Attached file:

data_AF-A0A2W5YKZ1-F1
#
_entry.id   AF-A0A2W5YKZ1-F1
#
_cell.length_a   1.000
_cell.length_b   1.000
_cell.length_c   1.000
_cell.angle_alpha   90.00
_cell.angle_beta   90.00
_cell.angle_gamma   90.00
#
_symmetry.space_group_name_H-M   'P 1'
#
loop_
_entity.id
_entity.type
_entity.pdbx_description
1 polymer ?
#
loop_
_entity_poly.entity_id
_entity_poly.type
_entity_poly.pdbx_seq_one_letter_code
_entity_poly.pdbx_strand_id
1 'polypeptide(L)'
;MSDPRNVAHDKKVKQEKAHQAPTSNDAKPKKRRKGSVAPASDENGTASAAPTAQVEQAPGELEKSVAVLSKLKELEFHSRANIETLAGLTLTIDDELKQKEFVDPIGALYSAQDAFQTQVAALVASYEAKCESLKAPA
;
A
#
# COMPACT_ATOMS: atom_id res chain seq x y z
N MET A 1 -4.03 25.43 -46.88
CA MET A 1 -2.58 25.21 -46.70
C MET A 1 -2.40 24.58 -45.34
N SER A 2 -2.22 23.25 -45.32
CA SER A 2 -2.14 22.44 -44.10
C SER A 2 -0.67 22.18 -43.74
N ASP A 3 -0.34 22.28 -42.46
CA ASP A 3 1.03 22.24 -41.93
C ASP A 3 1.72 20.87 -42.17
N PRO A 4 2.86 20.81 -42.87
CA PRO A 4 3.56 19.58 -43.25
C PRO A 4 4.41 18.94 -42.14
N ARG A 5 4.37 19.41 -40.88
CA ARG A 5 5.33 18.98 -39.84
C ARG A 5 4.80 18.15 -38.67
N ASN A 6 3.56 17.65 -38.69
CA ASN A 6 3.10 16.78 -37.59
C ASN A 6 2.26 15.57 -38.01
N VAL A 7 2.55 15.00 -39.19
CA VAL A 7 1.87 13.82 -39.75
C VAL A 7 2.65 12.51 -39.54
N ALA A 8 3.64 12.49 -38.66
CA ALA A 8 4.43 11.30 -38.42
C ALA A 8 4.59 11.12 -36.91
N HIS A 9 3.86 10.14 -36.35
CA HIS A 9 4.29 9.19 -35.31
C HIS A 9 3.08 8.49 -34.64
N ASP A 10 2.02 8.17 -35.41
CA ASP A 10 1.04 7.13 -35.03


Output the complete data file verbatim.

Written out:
data_AF-A0A2W5YKZ1-F1
#
_entry.id   AF-A0A2W5YKZ1-F1
#
_cell.length_a   1.000
_cell.length_b   1.000
_cell.length_c   1.000
_cell.angle_alpha   90.00
_cell.angle_beta   90.00
_cell.angle_gamma   90.00
#
_symmetry.space_group_name_H-M   'P 1'
#
loop_
_entity.id
_entity.type
_entity.pdbx_description
1 polymer ?
#
loop_
_entity_poly.entity_id
_entity_poly.type
_entity_poly.pdbx_seq_one_letter_code
_entity_poly.pdbx_strand_id
1 'polypeptide(L)'
;MSDPRNVAHDKKVKQEKAHQAPTSNDAKPKKRRKGSVAPASDENGTASAAPTAQVEQAPGELEKSVAVLSKLKELEFHSRANIETLAGLTLTIDDELKQKEFVDPIGALYSAQDAFQTQVAALVASYEAKCESLKAPA
;
A
#
# COMPACT_ATOMS: atom_id res chain seq x y z
N MET A 1 -4.03 25.43 -46.88
CA MET A 1 -2.58 25.21 -46.70
C MET A 1 -2.40 24.58 -45.34
N SER A 2 -2.22 23.25 -45.32
CA SER A 2 -2.14 22.44 -44.10
C SER A 2 -0.67 22.18 -43.74
N ASP A 3 -0.34 22.28 -42.46
CA ASP A 3 1.03 22.24 -41.93
C ASP A 3 1.72 20.87 -42.17
N PRO A 4 2.86 20.81 -42.87
CA PRO A 4 3.56 19.58 -43.25
C PRO A 4 4.41 18.94 -42.14
N ARG A 5 4.37 19.41 -40.88
CA ARG A 5 5.33 18.98 -39.84
C ARG A 5 4.80 18.15 -38.67
N ASN A 6 3.56 17.65 -38.69
CA ASN A 6 3.10 16.78 -37.59
C ASN A 6 2.26 15.57 -38.01
N VAL A 7 2.55 15.00 -39.19
CA VAL A 7 1.87 13.82 -39.75
C VAL A 7 2.65 12.51 -39.54
N ALA A 8 3.64 12.49 -38.66
CA ALA A 8 4.43 11.30 -38.42
C ALA A 8 4.59 11.12 -36.91
N HIS A 9 3.86 10.14 -36.35
CA HIS A 9 4.29 9.19 -35.31
C HIS A 9 3.08 8.49 -34.64
N ASP A 10 2.02 8.17 -35.41
CA ASP A 10 1.04 7.13 -35.03